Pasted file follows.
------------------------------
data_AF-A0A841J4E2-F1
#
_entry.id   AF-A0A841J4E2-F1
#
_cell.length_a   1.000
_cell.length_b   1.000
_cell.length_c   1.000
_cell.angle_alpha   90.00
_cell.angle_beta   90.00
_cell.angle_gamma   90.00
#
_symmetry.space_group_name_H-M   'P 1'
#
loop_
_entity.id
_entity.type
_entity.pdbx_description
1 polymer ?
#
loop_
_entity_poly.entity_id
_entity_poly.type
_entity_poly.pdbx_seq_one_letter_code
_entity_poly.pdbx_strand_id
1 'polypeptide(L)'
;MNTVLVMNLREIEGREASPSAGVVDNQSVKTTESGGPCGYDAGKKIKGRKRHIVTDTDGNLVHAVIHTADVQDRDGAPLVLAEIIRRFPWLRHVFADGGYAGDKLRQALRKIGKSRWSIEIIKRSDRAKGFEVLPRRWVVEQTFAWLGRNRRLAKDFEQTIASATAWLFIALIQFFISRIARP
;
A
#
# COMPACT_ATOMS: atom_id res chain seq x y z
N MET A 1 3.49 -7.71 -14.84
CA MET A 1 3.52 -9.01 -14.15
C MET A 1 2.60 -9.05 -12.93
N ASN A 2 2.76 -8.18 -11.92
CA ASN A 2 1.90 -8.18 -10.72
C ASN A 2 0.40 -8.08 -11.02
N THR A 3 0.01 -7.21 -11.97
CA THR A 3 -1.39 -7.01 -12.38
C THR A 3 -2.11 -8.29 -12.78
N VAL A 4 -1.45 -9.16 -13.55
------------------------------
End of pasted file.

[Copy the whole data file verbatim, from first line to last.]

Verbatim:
data_AF-A0A841J4E2-F1
#
_entry.id   AF-A0A841J4E2-F1
#
_cell.length_a   1.000
_cell.length_b   1.000
_cell.length_c   1.000
_cell.angle_alpha   90.00
_cell.angle_beta   90.00
_cell.angle_gamma   90.00
#
_symmetry.space_group_name_H-M   'P 1'
#
loop_
_entity.id
_entity.type
_entity.pdbx_description
1 polymer ?
#
loop_
_entity_poly.entity_id
_entity_poly.type
_entity_poly.pdbx_seq_one_letter_code
_entity_poly.pdbx_strand_id
1 'polypeptide(L)'
;MNTVLVMNLREIEGREASPSAGVVDNQSVKTTESGGPCGYDAGKKIKGRKRHIVTDTDGNLVHAVIHTADVQDRDGAPLVLAEIIRRFPWLRHVFADGGYAGDKLRQALRKIGKSRWSIEIIKRSDRAKGFEVLPRRWVVEQTFAWLGRNRRLAKDFEQTIASATAWLFIALIQFFISRIARP
;
A
#
# COMPACT_ATOMS: atom_id res chain seq x y z
N MET A 1 3.49 -7.71 -14.84
CA MET A 1 3.52 -9.01 -14.15
C MET A 1 2.60 -9.05 -12.93
N ASN A 2 2.76 -8.18 -11.92
CA ASN A 2 1.90 -8.18 -10.72
C ASN A 2 0.40 -8.08 -11.02
N THR A 3 0.01 -7.21 -11.97
CA THR A 3 -1.39 -7.01 -12.38
C THR A 3 -2.11 -8.29 -12.78
N VAL A 4 -1.45 -9.16 -13.55